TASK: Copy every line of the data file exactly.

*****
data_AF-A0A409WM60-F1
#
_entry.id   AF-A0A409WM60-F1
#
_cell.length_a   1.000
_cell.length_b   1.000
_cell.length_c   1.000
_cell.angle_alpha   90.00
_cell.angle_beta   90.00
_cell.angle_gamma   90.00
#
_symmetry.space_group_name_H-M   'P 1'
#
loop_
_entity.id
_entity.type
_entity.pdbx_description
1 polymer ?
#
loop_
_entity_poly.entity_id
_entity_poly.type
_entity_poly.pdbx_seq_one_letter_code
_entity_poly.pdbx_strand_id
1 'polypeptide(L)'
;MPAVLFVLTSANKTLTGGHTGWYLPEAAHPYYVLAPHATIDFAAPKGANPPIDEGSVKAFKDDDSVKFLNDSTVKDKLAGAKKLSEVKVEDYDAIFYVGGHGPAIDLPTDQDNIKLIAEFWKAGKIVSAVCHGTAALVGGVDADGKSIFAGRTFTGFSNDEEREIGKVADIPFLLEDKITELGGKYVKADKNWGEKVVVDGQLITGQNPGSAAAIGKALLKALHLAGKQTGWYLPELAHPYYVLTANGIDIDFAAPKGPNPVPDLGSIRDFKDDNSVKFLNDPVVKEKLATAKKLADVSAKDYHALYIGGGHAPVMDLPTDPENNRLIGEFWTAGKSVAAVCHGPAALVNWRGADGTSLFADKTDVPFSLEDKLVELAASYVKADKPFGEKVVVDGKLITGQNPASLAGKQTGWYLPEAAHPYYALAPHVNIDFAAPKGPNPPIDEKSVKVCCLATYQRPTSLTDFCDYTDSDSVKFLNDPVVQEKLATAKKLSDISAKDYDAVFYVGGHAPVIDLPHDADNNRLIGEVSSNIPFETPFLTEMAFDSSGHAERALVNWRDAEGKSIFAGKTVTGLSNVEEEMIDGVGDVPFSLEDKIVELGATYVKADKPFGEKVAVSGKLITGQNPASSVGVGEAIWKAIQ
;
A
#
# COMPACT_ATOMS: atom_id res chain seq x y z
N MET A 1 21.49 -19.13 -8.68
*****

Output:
data_AF-A0A409WM60-F1
#
_entry.id   AF-A0A409WM60-F1
#
_cell.length_a   1.000
_cell.length_b   1.000
_cell.length_c   1.000
_cell.angle_alpha   90.00
_cell.angle_beta   90.00
_cell.angle_gamma   90.00
#
_symmetry.space_group_name_H-M   'P 1'
#
loop_
_entity.id
_entity.type
_entity.pdbx_description
1 polymer ?
#
loop_
_entity_poly.entity_id
_entity_poly.type
_entity_poly.pdbx_seq_one_letter_code
_entity_poly.pdbx_strand_id
1 'polypeptide(L)'
;MPAVLFVLTSANKTLTGGHTGWYLPEAAHPYYVLAPHATIDFAAPKGANPPIDEGSVKAFKDDDSVKFLNDSTVKDKLAGAKKLSEVKVEDYDAIFYVGGHGPAIDLPTDQDNIKLIAEFWKAGKIVSAVCHGTAALVGGVDADGKSIFAGRTFTGFSNDEEREIGKVADIPFLLEDKITELGGKYVKADKNWGEKVVVDGQLITGQNPGSAAAIGKALLKALHLAGKQTGWYLPELAHPYYVLTANGIDIDFAAPKGPNPVPDLGSIRDFKDDNSVKFLNDPVVKEKLATAKKLADVSAKDYHALYIGGGHAPVMDLPTDPENNRLIGEFWTAGKSVAAVCHGPAALVNWRGADGTSLFADKTDVPFSLEDKLVELAASYVKADKPFGEKVVVDGKLITGQNPASLAGKQTGWYLPEAAHPYYALAPHVNIDFAAPKGPNPPIDEKSVKVCCLATYQRPTSLTDFCDYTDSDSVKFLNDPVVQEKLATAKKLSDISAKDYDAVFYVGGHAPVIDLPHDADNNRLIGEVSSNIPFETPFLTEMAFDSSGHAERALVNWRDAEGKSIFAGKTVTGLSNVEEEMIDGVGDVPFSLEDKIVELGATYVKADKPFGEKVAVSGKLITGQNPASSVGVGEAIWKAIQ
;
A
#
# COMPACT_ATOMS: atom_id res chain seq x y z
N MET A 1 21.49 -19.13 -8.68